Last night saw several fireworks shot off in the area, to the like and dislike of some residents.
While several counties and cities instituted a firework ban, Bowling Green did not.
City officials say they've learned from this, but also the fireworks controversy will be an issue, every year, regardless of a ban.
"Given the size of the fireworks that can be discharged in Bowling Green, we're going to encounter this every single Fourth of July. They're just too big, they're just too loud, and they scare people just a little too much for people not to complain," said Bowling Green City Commissioner Brian 'Slim' Nash.
Commissioner Melinda Hill said she would have liked the city and county to work together on this.
"I think it is easier when we all do the same thing, but once again we listen to our professionals, our police chief and our fire chief. They both said the day the county issued their burn ban, the city was ok, we could handle it," said Hill.
From the controversy, to the firework carnage, last night saw the sky light up with fireworks.
Bowling Green police say they responded to 126 complaints last night, and the Bowling Green fire department only dealt with three firework related fires.
"We were prepared for extra responses. We had extra crews called in, and we were being proactive by having patrols in the community throughout the night," said BGFD Assistant Chief Brian O'Callahan.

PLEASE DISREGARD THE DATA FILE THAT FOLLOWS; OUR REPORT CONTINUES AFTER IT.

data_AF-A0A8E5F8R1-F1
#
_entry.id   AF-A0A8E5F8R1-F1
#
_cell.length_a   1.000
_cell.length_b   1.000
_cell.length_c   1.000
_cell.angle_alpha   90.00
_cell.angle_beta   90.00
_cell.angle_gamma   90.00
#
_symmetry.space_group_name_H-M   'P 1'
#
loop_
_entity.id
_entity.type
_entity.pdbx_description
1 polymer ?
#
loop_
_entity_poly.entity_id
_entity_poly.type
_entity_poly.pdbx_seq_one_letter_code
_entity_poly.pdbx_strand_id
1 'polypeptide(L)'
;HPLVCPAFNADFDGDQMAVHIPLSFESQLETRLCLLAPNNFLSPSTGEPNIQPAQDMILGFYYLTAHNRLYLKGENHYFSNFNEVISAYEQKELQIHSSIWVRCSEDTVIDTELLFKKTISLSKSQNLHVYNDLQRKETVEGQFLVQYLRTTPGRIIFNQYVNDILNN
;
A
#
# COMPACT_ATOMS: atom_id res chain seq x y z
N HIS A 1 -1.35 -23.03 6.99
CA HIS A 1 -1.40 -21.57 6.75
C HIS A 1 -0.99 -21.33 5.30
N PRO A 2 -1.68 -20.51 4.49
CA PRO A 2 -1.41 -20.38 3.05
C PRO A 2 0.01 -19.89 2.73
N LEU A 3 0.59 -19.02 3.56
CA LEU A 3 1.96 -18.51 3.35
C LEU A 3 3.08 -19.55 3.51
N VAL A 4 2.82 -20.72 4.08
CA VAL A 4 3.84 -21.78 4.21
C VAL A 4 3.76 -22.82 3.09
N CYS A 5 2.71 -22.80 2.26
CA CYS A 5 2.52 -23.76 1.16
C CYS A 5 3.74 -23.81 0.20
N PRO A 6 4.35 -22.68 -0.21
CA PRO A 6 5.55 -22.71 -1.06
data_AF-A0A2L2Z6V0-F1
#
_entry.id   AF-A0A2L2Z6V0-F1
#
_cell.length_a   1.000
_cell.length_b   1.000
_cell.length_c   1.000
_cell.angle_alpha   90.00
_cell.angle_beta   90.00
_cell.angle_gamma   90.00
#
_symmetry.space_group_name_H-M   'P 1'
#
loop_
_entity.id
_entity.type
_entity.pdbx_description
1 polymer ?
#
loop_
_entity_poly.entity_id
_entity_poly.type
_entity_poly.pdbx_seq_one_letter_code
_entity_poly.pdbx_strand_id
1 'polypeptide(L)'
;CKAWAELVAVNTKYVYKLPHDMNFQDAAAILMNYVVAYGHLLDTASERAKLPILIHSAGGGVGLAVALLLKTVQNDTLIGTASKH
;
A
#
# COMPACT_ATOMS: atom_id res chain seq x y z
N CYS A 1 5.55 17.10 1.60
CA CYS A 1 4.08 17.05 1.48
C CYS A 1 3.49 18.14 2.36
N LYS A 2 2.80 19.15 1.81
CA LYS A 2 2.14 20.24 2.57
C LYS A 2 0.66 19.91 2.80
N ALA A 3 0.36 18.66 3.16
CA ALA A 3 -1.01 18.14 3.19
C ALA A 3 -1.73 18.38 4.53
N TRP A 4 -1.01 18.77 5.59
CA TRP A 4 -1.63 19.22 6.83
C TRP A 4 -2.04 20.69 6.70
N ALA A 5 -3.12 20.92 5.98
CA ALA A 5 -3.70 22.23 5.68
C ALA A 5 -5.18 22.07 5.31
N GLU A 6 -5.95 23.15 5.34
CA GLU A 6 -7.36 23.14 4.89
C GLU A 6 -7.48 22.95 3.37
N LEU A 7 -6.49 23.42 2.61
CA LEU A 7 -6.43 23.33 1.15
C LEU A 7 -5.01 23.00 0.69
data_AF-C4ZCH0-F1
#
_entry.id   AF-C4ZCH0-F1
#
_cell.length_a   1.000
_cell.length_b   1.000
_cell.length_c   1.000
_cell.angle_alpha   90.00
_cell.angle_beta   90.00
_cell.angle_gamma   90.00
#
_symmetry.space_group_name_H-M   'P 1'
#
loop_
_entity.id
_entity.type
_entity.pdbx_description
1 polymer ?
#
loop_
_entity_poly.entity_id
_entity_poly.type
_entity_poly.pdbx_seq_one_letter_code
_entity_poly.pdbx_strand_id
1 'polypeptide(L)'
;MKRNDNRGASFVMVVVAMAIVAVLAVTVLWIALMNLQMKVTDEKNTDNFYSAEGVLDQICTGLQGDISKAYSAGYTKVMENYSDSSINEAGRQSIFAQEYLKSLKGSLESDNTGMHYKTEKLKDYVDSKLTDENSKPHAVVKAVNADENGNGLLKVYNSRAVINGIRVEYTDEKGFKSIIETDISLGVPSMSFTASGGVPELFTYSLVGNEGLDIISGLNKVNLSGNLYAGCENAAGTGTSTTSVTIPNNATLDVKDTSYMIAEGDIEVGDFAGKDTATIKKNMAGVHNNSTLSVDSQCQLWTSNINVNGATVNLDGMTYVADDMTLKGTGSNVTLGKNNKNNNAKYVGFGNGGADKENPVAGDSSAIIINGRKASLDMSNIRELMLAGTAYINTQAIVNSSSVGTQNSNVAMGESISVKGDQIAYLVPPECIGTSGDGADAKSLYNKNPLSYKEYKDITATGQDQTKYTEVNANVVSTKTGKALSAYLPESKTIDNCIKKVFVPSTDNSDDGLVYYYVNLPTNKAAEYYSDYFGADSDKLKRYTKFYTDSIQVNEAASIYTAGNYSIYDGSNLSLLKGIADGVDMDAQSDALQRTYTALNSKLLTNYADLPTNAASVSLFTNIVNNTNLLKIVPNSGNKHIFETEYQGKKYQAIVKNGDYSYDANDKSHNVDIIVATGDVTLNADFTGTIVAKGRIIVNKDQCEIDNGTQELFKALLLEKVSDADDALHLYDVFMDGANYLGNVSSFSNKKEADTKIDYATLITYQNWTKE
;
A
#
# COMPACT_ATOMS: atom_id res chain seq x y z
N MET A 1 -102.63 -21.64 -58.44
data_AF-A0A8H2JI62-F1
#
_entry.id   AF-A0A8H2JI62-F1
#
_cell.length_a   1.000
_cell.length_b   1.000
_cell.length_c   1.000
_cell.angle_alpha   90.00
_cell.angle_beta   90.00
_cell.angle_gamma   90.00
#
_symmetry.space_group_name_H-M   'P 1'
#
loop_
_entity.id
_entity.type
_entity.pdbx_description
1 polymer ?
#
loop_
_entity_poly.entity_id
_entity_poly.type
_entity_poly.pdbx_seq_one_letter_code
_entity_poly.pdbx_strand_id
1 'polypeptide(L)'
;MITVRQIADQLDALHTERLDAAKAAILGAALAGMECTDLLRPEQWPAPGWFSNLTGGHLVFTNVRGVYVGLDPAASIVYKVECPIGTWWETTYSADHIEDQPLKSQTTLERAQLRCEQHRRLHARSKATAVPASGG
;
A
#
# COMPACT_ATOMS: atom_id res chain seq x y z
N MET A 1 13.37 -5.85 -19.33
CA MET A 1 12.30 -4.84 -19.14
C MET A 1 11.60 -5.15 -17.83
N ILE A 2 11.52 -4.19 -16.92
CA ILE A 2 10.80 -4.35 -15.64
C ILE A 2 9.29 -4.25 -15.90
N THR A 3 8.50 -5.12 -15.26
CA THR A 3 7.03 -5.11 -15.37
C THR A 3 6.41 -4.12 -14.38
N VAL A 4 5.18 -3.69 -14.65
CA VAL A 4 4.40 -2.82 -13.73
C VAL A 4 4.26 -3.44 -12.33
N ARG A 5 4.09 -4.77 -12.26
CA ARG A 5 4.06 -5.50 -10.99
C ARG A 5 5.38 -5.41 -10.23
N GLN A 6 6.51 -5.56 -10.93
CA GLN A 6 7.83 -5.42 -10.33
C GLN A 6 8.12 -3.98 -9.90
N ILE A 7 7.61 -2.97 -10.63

So, wherever you stand on the fireworks debate, in the city of Bowling Green, you have until 10 pm July 5th to shoot them.
However, many vendors across Bowling Green are still selling fireworks, and will be until July 7th.
You might have noticed several places that are doing, "buy one get one free" or offering deep discounts.
One of the biggest reasons is, counties like Warren don't have a fireworks ordinance, and can shoot fireworks any time of the year once the ban is lifted.
"They know they can enjoy fireworks 365 days a year in some of the counties, and they're going to be patient. They certainly plan to enjoy their Fourth, be it a little bit late, but they're still going to do it this year," said Amy Burge, SkyLite Fireworks.
Warren County Judge/Executive Mike Buchanon said right now, he can't tell when the ban will be lifted, but that several experts in soil conditions and fire departments will help him make the decision.